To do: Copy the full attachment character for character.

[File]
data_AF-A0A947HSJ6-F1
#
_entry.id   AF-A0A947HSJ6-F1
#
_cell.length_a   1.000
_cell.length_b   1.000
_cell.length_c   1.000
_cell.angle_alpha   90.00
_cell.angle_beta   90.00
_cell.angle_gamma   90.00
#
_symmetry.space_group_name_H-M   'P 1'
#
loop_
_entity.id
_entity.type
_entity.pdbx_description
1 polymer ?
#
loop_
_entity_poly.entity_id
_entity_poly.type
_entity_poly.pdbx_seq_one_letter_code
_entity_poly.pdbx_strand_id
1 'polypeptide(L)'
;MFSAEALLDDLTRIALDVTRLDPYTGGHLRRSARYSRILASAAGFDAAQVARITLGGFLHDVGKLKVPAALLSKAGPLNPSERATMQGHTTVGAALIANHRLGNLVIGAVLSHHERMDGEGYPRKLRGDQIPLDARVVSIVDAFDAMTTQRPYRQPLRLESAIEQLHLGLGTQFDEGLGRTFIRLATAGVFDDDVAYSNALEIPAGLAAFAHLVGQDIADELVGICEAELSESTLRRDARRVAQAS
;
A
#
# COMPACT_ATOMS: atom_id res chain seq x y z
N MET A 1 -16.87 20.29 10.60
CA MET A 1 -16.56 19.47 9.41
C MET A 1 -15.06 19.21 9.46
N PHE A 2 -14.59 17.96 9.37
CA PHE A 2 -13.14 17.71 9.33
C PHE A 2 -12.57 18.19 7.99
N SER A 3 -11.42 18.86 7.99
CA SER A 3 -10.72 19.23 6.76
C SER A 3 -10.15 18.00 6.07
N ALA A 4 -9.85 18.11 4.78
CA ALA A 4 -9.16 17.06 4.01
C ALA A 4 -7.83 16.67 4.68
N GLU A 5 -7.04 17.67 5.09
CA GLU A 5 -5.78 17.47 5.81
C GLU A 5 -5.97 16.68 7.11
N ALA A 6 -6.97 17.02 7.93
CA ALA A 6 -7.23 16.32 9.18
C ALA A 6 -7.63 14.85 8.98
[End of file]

data_AF-A0A947HSJ6-F1
#
_entry.id   AF-A0A947HSJ6-F1
#
_cell.length_a   1.000
_cell.length_b   1.000
_cell.length_c   1.000
_cell.angle_alpha   90.00
_cell.angle_beta   90.00
_cell.angle_gamma   90.00
#
_symmetry.space_group_name_H-M   'P 1'
#
loop_
_entity.id
_entity.type
_entity.pdbx_description
1 polymer ?
#
loop_
_entity_poly.entity_id
_entity_poly.type
_entity_poly.pdbx_seq_one_letter_code
_entity_poly.pdbx_strand_id
1 'polypeptide(L)'
;MFSAEALLDDLTRIALDVTRLDPYTGGHLRRSARYSRILASAAGFDAAQVARITLGGFLHDVGKLKVPAALLSKAGPLNPSERATMQGHTTVGAALIANHRLGNLVIGAVLSHHERMDGEGYPRKLRGDQIPLDARVVSIVDAFDAMTTQRPYRQPLRLESAIEQLHLGLGTQFDEGLGRTFIRLATAGVFDDDVAYSNALEIPAGLAAFAHLVGQDIADELVGICEAELSESTLRRDARRVAQAS
;
A
#
# COMPACT_ATOMS: atom_id res chain seq x y z
N MET A 1 -16.87 20.29 10.60
CA MET A 1 -16.56 19.47 9.41
C MET A 1 -15.06 19.21 9.46
N PHE A 2 -14.59 17.96 9.37
CA PHE A 2 -13.14 17.71 9.33
C PHE A 2 -12.57 18.19 7.99
N SER A 3 -11.42 18.86 7.99
CA SER A 3 -10.72 19.23 6.76
C SER A 3 -10.15 18.00 6.07
N ALA A 4 -9.85 18.11 4.78
CA ALA A 4 -9.16 17.06 4.01
C ALA A 4 -7.83 16.67 4.68
N GLU A 5 -7.04 17.67 5.09
CA GLU A 5 -5.78 17.47 5.81
C GLU A 5 -5.97 16.68 7.11
N ALA A 6 -6.97 17.02 7.93
CA ALA A 6 -7.23 16.32 9.18
C ALA A 6 -7.63 14.85 8.98